House Republicans push back on Democratic gun-control efforts
Ryan has announced that the House will vote this week on a measure intended to keep guns out of the hands of people the government suspects of involvement in violent extremism.
U.S. congressional Republicans on Tuesday resisted Democratic demands for a vote on gun-control measures and warned that some could face punishment for an unusual sit-in last month that tied up the House of Representatives for 25 hours.
With Democrats already rejecting a Republican gun bill and warning of further protests, the Republican-controlled House appeared to be heading for renewed discord over gun restrictions following the June 12 mass shooting at a gay nightclub in Orlando, Florida.
House Speaker Paul Ryan met for about 30 minutes on Tuesday with two Democrats who led the sit-in: Representatives John Lewis of Georgia and John Larson of Connecticut. The Democrats said they would ask Ryan for a vote on two Democratic-backed measures but left the meeting without speaking to reporters.
"The path ahead ... will be discussed and determined by the majority in the coming days," Ryan spokeswoman AshLee Strong said later in a statement.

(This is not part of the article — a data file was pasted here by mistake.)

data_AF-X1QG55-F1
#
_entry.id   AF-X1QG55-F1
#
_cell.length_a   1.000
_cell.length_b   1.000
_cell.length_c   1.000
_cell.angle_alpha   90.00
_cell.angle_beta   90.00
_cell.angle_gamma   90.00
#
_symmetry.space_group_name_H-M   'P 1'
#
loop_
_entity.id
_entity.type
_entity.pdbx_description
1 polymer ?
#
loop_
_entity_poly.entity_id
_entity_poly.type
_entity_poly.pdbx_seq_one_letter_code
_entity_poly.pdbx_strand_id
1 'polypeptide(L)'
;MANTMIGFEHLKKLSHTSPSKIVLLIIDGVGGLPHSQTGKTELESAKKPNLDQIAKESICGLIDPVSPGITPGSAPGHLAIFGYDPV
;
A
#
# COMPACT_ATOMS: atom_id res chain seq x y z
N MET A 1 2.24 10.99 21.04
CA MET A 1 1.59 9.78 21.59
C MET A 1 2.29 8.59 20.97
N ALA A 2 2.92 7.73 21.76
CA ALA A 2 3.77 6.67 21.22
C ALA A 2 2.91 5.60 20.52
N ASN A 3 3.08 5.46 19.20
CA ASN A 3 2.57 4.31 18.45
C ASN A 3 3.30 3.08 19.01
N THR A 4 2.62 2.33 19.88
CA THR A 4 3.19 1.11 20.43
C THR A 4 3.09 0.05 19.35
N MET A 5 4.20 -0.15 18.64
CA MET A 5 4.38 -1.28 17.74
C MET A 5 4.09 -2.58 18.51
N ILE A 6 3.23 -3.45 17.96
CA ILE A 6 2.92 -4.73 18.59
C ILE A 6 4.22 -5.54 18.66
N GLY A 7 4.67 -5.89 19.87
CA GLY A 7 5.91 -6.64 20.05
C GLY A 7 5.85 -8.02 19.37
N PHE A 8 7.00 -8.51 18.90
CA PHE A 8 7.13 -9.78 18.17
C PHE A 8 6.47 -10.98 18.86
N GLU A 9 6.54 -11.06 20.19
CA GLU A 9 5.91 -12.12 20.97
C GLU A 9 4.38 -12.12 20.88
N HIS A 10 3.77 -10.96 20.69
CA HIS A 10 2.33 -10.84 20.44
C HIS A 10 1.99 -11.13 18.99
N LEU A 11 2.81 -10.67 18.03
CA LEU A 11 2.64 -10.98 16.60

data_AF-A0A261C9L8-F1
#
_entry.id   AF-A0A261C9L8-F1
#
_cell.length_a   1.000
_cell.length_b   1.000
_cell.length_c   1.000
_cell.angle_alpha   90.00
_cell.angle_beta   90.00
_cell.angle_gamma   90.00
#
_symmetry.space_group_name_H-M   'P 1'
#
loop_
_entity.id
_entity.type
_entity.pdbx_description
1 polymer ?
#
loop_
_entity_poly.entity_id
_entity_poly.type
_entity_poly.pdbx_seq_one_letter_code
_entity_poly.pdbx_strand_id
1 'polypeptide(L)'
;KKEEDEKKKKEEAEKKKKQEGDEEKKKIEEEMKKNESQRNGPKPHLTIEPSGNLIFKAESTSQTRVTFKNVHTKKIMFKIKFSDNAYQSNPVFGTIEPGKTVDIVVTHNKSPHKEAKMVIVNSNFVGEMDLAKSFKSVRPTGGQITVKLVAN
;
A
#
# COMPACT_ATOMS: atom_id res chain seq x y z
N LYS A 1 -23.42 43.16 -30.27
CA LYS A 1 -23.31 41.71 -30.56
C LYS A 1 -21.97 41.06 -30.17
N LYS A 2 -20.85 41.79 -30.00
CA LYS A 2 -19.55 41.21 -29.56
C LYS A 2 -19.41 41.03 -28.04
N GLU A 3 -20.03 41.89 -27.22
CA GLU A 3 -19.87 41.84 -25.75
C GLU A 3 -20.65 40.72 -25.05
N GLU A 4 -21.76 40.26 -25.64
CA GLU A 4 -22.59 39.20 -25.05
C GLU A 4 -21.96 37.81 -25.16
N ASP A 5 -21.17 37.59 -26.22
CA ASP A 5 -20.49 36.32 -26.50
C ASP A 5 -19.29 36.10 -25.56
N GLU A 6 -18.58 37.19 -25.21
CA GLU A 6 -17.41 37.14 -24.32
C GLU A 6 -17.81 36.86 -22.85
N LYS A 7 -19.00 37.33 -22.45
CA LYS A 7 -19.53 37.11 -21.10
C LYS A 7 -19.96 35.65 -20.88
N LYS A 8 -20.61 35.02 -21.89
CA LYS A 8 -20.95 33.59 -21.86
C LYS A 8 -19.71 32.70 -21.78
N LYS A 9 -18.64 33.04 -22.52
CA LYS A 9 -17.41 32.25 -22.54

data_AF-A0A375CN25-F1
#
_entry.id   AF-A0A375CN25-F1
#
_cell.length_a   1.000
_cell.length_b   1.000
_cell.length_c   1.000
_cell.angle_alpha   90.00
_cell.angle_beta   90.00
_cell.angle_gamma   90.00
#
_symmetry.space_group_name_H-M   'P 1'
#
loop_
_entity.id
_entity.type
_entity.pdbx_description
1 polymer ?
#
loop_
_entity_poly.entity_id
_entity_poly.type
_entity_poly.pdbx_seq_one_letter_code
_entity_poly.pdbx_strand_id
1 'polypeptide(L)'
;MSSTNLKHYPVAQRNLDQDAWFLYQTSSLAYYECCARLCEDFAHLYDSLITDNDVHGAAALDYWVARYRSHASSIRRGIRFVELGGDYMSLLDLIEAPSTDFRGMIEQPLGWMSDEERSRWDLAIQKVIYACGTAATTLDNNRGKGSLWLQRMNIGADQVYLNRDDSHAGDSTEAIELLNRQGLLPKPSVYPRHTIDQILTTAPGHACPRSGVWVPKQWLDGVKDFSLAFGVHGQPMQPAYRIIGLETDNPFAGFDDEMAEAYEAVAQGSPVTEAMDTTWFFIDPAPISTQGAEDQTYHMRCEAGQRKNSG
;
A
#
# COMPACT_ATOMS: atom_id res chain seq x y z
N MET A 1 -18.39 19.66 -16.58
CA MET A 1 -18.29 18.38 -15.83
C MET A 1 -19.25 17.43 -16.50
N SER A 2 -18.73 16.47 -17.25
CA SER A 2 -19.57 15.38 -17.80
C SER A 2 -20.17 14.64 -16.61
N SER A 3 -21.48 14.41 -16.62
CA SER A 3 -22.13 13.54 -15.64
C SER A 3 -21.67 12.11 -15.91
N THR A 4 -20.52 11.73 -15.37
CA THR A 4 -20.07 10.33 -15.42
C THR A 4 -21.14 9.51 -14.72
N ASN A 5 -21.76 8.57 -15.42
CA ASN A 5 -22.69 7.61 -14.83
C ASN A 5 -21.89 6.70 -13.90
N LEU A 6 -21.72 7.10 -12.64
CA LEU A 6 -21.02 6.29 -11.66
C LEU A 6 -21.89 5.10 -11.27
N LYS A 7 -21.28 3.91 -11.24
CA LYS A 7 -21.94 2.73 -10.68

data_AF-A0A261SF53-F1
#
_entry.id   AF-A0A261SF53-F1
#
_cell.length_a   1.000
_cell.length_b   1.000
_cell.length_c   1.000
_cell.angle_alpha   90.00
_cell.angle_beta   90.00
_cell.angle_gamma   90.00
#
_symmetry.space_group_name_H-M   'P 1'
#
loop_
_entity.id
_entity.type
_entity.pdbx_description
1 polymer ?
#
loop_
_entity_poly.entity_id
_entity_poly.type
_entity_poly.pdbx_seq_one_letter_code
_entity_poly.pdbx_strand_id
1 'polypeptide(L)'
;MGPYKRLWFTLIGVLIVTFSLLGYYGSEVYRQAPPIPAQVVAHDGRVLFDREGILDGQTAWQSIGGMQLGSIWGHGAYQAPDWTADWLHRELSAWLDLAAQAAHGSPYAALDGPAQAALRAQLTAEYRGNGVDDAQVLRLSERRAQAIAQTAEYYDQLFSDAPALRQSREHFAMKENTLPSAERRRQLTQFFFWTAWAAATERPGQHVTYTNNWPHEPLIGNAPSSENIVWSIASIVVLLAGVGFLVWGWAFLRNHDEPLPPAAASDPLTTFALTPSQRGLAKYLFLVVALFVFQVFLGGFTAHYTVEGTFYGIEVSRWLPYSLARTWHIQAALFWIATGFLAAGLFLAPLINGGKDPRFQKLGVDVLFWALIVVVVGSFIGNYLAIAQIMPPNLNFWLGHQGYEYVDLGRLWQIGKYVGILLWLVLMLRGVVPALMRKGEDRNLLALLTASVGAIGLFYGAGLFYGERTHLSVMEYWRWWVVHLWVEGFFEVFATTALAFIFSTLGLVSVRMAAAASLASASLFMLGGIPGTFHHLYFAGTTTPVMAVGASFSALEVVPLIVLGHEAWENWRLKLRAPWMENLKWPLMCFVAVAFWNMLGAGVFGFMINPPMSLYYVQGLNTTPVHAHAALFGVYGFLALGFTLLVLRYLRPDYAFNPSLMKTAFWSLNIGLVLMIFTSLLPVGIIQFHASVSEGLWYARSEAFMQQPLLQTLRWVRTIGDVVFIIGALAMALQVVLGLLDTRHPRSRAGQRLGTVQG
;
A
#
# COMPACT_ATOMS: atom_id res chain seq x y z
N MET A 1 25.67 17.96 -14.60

The measures sought by Democrats would expand background checks for gun purchases and allow the government to block gun sales to suspected extremists without first getting a judge's approval.
Hours before the meeting, Ryan suggested a vote on the Democratic legislation was unlikely, telling a Milwaukee radio station: "The last thing we are going to do is surrender the floor over to these kinds of tactics when we know it's going to compromise the constitutional rights of law-abiding citizens."
House Republican leader Kevin McCarthy said separately that he and Ryan would meet this week with the chamber's top enforcement official to talk about reports that some Democrats at the June 22-23 sit-in engaged in "intimidation" while carrying out their protest.
Ryan has announced that the House will vote this week on a measure intended to keep guns out of the hands of people the government suspects of involvement in violent extremism. But Democrats say the legislation is inadequate because authorities would have only three days to convince a judge that a gun sale should be blocked.
"Ninety-one people die each day from gun violence in this country and the best Speaker Ryan can muster is a meaningless bill," said House Democratic leader Nancy Pelosi aide Drew Hammill.
Six people who said they lost family and loved ones to gun violence were arrested in the U.S. Capitol on Tuesday, after a protest demanding Congress reject the Ryan measure and vote on the Democratic measures.